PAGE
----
From the Earth we learn that the core of wisdom is humility, acknowledging we are of this earth. It is our parent, our kin, our child to come. From humility comes patience, the patience we learn by trying to imagine Earth’s time, earth’s patience in lifting up these mountains time and time again, Earth’s patience to grow a giant tulip poplar or a sequoia. Earth’s time to bring new life out of asteroid impact, flood, and fire.

From Holy Ground we learn there is no care without caring for the earth. The Holiness of Groundedness calls us from a taming of the earth to a tending of it. It calls us from the wilderness of conflict into a garden of mutuality – a garden where we live by enough rather than by more, by sufficiency and not by greed.

From Holy Ground we learn there is no craft and art unless we work earth’s dirt, clay, wood, stones, and plants with our own hands. So often it is women’s hands whose touch of clay and fiber, fruit and flower, have crafted beauty out of earth. From their artistry of earth we learn there is no health without a breathing into soil and letting its own life feed ours.

From Holy Ground we learn there is no justice, no shalom, no reconciliation without reconciliation with the earth. I have often said in recent years there is no human reconciliation without reconciliation with this Earth. In this we also need to say, there is no reconciliation of man and woman without reconciliation with the earth. There is no partnership of men and women without a partnership with earth. This, too, is the message of the eco-feminist prophets.

It is with Earth that we have both our primordial connection and a profound alienation. The mysterious source of our life is something we would control, manipulate, transform unto our ends. And so it has been in our gendered history of struggle, deception, mistrust and violence as well as longing for reconciliation. Even as we celebrate this day we pause to honor and remember the women of Iran, who have shown awesome courage to reclaim a public life for all, to open up a path of mutual respect and civil conversation.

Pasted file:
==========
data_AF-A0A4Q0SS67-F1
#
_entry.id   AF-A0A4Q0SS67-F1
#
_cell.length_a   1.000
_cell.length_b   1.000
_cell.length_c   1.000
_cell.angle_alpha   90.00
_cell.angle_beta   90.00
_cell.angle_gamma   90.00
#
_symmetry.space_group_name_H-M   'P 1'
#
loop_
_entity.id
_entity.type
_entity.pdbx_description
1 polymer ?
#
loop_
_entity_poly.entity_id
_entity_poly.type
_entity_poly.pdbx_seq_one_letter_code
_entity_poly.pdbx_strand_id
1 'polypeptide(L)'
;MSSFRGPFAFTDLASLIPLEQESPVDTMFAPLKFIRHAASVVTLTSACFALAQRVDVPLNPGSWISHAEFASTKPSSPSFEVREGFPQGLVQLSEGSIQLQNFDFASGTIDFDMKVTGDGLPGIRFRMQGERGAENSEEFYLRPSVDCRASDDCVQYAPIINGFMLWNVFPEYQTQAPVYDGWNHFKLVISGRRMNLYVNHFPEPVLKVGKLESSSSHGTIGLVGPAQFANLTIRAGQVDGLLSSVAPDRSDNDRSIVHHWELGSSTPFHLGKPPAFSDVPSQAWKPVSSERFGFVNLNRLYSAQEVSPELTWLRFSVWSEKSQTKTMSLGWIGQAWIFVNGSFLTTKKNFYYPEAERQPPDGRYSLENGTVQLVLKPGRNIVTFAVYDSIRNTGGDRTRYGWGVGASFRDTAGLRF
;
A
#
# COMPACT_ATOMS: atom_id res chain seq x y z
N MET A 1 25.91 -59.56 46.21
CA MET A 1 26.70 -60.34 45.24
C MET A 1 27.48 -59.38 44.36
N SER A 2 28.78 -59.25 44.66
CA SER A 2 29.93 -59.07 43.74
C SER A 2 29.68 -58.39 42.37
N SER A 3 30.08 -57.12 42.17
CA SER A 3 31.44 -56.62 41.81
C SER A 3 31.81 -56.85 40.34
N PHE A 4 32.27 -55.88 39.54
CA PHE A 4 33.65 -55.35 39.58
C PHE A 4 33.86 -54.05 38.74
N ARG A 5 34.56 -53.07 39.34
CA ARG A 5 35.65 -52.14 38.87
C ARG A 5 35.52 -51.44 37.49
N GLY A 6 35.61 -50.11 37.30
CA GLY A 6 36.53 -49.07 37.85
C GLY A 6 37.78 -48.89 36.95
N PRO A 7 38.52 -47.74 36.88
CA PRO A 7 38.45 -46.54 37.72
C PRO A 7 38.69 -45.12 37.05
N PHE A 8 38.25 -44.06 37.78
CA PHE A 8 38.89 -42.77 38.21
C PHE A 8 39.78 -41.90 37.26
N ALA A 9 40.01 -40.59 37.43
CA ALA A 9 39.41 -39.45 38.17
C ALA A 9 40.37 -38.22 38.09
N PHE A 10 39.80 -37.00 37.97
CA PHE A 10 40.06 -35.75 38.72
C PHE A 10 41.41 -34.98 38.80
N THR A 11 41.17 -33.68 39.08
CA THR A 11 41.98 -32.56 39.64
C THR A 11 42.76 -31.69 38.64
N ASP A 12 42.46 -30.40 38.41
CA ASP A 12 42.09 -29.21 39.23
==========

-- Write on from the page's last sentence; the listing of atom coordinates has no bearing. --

Let us all feed on their courage as we seek a way out of nuclear terror and addiction to the once-made oil underneath their land. Here, too, we remember that reconciliation among humans, between men and women, cannot occur apart from reconciliation with the earth – this Holy Ground.

Finally, just as there is no holiness without groundedness, there is no groundedness without holiness. In order to tend this garden, to claim the beauty of this wood, drink pure water, make of a meadow a field of games, we need to find a deeper center freed of the anxiety to survive, to dominate, to be the center and creator of our world.

Tending Earth demands the awe and loss of control Moses felt before the burning bush. This spring of earth-care actions reaches out beyond our memory, experience, and imagination to a source of love and care that frees us for this earth, frees us for this ground, lets us live as creatures among creatures, Earthlings on this Earth, women with men, children with parents, with our many different bodies, many different hues. Made whole by this holiness, made whole by being grounded in the care of this, our precious home, we find the greatest liberation of our lives.

And so we celebrate the Spirit of this Holy Ground. Thank you, Holy Ground. Thank you for the flower you became. Thank you for the seeds we plant today.